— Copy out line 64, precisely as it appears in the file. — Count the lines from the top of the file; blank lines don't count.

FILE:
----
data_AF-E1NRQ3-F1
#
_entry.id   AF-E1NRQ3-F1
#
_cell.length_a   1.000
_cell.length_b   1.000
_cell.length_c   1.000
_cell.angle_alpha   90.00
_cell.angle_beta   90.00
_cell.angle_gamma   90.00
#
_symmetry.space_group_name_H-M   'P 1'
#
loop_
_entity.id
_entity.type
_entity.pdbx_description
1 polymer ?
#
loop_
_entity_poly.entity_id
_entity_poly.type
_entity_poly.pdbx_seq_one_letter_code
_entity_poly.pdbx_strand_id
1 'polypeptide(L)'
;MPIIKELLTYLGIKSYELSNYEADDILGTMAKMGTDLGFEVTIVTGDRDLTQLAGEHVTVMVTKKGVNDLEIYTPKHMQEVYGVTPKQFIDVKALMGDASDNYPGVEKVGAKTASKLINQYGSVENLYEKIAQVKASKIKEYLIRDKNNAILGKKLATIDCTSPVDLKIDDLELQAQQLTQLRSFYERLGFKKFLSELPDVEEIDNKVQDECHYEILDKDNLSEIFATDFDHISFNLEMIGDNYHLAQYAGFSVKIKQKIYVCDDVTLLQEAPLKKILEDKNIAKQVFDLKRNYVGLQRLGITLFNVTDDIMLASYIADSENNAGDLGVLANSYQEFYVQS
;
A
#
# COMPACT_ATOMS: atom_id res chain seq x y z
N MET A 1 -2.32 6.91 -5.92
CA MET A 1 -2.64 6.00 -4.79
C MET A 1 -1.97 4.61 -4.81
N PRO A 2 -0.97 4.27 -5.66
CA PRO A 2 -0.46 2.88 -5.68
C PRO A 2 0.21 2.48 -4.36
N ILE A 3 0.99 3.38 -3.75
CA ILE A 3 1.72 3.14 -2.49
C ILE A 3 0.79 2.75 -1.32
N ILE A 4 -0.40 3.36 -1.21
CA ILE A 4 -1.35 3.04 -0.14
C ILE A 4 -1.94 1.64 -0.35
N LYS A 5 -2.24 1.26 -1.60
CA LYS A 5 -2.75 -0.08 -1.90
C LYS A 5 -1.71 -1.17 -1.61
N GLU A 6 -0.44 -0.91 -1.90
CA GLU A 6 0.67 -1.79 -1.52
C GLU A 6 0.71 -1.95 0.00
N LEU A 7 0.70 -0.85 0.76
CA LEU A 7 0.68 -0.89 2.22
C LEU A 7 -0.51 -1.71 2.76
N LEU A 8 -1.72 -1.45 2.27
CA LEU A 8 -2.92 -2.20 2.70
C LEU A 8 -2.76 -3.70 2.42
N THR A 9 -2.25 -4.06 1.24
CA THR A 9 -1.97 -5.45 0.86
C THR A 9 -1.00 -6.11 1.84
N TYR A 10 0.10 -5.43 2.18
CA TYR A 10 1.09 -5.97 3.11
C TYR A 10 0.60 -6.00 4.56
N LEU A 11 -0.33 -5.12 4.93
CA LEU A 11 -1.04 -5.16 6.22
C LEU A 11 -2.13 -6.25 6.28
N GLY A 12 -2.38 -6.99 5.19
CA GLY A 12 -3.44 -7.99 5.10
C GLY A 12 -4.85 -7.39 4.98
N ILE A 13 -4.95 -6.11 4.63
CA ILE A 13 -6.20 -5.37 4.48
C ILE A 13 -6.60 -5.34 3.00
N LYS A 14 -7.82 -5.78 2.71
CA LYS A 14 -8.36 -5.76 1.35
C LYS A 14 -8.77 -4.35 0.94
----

N GLY A 12 -2.38 -6.99 5.19